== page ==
SNP 'needs another £1bn' to meet pledges
MAJOR manifesto commitments by the SNP government cannot be met unless £1 billion extra is found for Scotland's local authorities, the finance secretary John Swinney was warned last night.
Mr Swinney has already faced a series of tough choices in the run-up to the administration's first budget on Wednesday, caught between a tight financial settlement from the Treasury and his party's ambitious spending plans.
One of his party's key commitments is a freeze on council tax, which will cost an estimated 500 million.
Mr Swinney was told last night that he would have to find double that sum - 1 billion - if he wanted to freeze council tax next year and fund his party's other manifesto commitments.
These include 1,000 extra police officers and reducing class sizes in the lower primaries to 18 in four years.
David Parker, independent leader of Scottish Borders Council, said: "Councils would need somewhere in the region of 500 million to do just what we are doing at the moment and look at the whole issue of council tax. If we are looking at implementing the SNP manifesto commitments, we would need 300 million, and that excludes the class-sizes commitment which would need another 200 million."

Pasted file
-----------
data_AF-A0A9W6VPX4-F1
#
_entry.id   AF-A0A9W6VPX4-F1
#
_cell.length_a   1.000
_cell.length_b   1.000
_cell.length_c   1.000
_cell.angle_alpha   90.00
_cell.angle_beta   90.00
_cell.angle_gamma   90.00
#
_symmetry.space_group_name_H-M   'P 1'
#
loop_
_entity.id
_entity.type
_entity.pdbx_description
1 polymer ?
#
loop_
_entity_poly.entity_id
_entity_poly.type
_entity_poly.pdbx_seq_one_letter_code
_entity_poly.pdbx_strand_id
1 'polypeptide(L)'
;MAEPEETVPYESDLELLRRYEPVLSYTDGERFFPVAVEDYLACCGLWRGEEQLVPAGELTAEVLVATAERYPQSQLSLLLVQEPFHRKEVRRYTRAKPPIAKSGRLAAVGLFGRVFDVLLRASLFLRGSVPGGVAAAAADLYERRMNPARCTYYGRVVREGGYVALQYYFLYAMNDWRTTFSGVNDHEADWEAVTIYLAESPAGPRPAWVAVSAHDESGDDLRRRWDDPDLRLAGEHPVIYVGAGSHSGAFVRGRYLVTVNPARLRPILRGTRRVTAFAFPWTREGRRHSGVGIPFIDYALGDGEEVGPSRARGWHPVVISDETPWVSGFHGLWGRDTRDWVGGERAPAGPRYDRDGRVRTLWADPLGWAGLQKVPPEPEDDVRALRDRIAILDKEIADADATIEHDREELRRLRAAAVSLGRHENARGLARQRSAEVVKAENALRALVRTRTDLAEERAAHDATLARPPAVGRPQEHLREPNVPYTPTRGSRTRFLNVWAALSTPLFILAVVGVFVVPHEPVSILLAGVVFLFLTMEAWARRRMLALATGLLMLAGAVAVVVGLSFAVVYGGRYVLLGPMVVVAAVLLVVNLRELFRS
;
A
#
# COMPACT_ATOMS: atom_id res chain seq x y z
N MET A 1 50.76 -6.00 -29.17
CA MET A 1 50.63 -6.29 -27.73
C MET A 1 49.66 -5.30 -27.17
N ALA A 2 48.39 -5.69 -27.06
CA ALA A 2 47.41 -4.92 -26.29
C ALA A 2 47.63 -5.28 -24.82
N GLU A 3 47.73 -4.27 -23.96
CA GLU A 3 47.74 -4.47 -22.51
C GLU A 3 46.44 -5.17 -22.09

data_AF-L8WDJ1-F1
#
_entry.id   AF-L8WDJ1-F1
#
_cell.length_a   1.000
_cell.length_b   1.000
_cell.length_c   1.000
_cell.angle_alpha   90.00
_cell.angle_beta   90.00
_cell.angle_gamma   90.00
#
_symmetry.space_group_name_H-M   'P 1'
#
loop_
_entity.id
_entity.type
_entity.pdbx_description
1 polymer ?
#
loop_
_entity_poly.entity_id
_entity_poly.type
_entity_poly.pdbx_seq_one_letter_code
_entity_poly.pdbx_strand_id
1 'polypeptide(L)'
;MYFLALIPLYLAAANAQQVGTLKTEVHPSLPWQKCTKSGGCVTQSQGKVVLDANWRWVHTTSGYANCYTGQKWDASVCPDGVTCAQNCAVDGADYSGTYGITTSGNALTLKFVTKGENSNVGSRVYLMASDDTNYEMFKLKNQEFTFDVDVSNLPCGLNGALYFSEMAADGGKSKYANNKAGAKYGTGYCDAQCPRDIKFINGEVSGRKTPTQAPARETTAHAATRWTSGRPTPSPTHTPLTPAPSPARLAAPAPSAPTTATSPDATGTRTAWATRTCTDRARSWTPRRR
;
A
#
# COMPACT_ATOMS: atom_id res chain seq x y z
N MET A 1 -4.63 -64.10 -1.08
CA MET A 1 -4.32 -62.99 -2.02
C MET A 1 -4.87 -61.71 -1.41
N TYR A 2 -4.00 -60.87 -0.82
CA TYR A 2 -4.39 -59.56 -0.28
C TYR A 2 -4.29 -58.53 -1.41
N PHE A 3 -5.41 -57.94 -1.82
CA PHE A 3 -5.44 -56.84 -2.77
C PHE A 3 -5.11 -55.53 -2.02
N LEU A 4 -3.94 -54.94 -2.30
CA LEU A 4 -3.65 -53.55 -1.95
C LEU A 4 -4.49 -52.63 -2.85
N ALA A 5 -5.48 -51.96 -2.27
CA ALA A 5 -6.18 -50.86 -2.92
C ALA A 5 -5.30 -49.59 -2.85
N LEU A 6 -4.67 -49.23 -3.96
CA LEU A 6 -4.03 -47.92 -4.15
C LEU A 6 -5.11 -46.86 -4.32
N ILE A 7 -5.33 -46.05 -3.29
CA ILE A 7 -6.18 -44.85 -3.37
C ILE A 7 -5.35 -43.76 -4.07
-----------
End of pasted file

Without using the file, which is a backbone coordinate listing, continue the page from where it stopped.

Speaking on BBC Scotland's Politics Show, Mr Parker said "something is going to have to give" and he stated: "Unless there is significant new money in the system, a number of these pledges will undoubtedly not happen."
The council leader added: "So I think, at the end of this spending-round process, some of what the SNP are trying to achieve will not be delivered."
Andy Kerr, Labour's finance spokesman, reinforced this view, saying: "Either the SNP will have to be honest and jettison those pledges they made to the Scottish people, the ones that got them elected, or they are going to leave local authorities in chaos trying to deliver those pledges."
Mr Swinney said yesterday that he would push ahead with his party's priorities, including its pledge to abolish the council tax altogether, and he would publish a consultation on that in the next few weeks.
Mr Swinney also claimed Scots would be 10,000 a year better off by transforming the country's economy.
"I want to make sure that I set out a course that will take us in that direction, not in the next couple of years but over a ten-year period," he said.
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